Given the commercial and critical success of The Bourne Trilogy, doing a relaunch of the series was a no-brainer. Whether the character of Jason Bourne could/would continue without Matt Damon was the big question. When The Bourne Legacy was announced, there were questions of whether the story would follow the plot of the novel. Starring Jeremy Renner as Aaron Cross, it bares no resemblance to the novel other than the title.
Renner does a nice job as Cross. He’s a believable trained assassin and action star thanks to his successful roles in The Hurt Locker, Mission Impossible: Ghost Protocol, and most recently, The Avengers. He’s methodical, smart, lethal, and very athletic—almost unnaturally so. The film’s plot runs parallel to The Bourne Ultimatum. The aftermath of Bourne’s actions in New York are causing collateral damage and Col. Eric Byer (Edward Norton) is leading the clean-up efforts. He’s as secretive as possible and his government/spy lingo is just as elusive to the audience. Filled with acronyms, code words, and projects, without having seen the first three Bourne movies (particularly Ultimatum), you’re likely to be completely lost.
The clean-up efforts include eliminating the remaining operatives in the field, one of which is Cross. The story jumps between the spy overlords in Washington and Cross trying to find more of the medicine prescribed in his program. It’s here that we’re introduced to Dr. Marta Shearing (Rachel Weisz). Dr. Shearing and her team run the medical side of the program (although they’re not entirely clear as to what they’ve been doing). They work to create behavioral modification in the form of a pill, as well as to develop physical improvements on the genetic and neurological level for the operatives.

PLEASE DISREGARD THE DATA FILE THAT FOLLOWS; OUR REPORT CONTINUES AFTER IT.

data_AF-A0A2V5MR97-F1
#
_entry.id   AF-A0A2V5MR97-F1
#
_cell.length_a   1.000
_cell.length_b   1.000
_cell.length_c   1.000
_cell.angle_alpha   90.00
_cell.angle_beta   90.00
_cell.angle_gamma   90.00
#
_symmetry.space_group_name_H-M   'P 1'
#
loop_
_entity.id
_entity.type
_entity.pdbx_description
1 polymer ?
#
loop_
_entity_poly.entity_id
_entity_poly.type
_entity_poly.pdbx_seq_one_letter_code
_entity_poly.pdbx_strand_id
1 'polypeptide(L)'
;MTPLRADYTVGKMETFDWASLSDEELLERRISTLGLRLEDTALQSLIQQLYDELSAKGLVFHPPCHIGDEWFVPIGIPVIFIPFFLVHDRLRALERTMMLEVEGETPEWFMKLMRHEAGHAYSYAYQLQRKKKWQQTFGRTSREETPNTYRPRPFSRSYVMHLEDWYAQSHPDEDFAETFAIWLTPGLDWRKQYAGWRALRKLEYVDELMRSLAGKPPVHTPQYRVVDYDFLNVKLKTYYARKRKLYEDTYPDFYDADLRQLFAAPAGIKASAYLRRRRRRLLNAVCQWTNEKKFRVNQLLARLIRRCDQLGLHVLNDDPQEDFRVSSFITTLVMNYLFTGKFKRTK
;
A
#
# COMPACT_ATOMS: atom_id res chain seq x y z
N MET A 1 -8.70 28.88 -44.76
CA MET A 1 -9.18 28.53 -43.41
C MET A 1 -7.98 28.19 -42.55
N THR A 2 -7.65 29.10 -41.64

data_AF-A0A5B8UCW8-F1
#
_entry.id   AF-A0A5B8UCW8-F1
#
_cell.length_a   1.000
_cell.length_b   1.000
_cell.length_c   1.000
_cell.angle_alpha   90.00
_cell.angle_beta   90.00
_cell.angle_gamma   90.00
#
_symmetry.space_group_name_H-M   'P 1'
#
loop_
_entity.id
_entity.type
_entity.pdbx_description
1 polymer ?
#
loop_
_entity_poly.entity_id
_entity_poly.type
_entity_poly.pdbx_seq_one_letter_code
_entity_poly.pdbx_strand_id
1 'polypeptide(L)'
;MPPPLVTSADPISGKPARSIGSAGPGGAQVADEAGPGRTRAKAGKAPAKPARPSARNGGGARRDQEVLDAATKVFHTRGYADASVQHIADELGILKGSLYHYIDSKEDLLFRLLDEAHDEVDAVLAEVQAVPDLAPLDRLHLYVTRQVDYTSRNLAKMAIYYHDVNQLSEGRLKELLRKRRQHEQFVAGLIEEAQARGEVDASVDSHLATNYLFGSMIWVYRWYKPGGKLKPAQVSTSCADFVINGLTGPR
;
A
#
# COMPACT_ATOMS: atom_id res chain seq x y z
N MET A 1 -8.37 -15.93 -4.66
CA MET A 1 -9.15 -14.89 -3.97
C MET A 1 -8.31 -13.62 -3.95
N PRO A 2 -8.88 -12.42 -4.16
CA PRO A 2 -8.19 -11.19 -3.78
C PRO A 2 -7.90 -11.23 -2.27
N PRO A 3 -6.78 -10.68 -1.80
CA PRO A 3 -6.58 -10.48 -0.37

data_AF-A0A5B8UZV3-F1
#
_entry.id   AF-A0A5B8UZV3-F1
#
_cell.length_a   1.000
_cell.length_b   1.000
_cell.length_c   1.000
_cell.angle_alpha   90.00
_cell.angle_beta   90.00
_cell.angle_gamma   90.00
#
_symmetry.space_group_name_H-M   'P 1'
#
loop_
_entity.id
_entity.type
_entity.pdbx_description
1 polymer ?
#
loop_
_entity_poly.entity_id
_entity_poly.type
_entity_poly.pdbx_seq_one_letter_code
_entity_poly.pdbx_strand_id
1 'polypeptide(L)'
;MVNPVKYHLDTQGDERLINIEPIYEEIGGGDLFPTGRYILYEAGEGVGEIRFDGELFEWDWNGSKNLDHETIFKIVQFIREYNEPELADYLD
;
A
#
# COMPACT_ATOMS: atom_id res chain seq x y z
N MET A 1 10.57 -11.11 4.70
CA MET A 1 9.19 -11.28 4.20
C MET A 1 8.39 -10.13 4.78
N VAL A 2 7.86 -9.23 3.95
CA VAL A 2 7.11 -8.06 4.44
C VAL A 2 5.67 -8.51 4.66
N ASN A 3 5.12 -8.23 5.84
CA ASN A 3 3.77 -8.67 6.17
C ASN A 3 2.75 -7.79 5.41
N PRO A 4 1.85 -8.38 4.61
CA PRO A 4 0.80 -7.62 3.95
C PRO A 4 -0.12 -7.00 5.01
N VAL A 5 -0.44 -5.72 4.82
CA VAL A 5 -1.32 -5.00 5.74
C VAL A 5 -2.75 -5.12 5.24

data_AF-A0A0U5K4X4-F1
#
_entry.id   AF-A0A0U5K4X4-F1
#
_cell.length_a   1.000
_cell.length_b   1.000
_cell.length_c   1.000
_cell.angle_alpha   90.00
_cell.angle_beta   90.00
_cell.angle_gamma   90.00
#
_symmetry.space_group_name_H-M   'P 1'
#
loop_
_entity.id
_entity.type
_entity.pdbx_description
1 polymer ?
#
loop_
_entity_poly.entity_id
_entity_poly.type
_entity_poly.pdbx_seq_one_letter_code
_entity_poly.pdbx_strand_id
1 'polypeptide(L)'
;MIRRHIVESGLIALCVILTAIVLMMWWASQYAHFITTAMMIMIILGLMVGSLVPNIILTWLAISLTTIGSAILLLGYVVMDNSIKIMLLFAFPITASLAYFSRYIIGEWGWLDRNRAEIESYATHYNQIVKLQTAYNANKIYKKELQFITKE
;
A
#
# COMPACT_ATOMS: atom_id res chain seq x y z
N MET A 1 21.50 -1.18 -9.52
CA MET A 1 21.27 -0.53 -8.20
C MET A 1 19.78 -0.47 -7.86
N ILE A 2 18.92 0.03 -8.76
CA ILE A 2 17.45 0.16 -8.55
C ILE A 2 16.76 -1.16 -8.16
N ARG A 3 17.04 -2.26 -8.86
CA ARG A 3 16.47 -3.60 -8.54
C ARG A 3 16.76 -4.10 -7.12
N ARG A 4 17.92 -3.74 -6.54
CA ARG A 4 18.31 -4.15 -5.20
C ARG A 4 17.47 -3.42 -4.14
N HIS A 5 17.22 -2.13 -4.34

Through a series of violent events, Dr. Shearing and Cross’s paths meet. Promising to help Cross in his search for the medicine, their story advances while Byer works to eliminate both of them. There are some very exciting action scenes, including one of the longest chase scenes in recent memory, lasting over fifteen minutes. Director Tony Gilroy (Michael Clayton, Duplicity) also wrote the screenplay, as well as the previous three Bourne screenplays, so the language of the film is the same. Where the film suffers is the pacing and story structure. The continuous cutting between the Bourne clean-up in Washington and Cross’s early exploits slows down the pacing. The film feels disjointed at times and the events in Washington D.C. don’t feel as urgent and detrimental to the secrecy of the program as the characters would suggest.
The biggest flaw of the film is the lack of resolution to any of the story-lines. Gilroy must be under strict instructions from Universal to continue the Bourne series in a new trilogy. Everything is left open, ambiguous, or unanswered for the inevitable sequels. In the recent age of turning stories into film trilogies or more to increase profits (i.e. The Hobbit, The Hunger Games, Harry Potter, Twilight), Universal and Gilroy have apparently created only one-third of a story. Without the sequels, The Bourne Legacy doesn’t feel like a complete film. Despite coherently-directed action sequences and a good script that is well-acted, it’s difficult for the film to stand on its own. Where as the first three Bourne films can all be viewed independently of each other, The Bourne Legacy is merely the first piece of a project that’s years away from completion.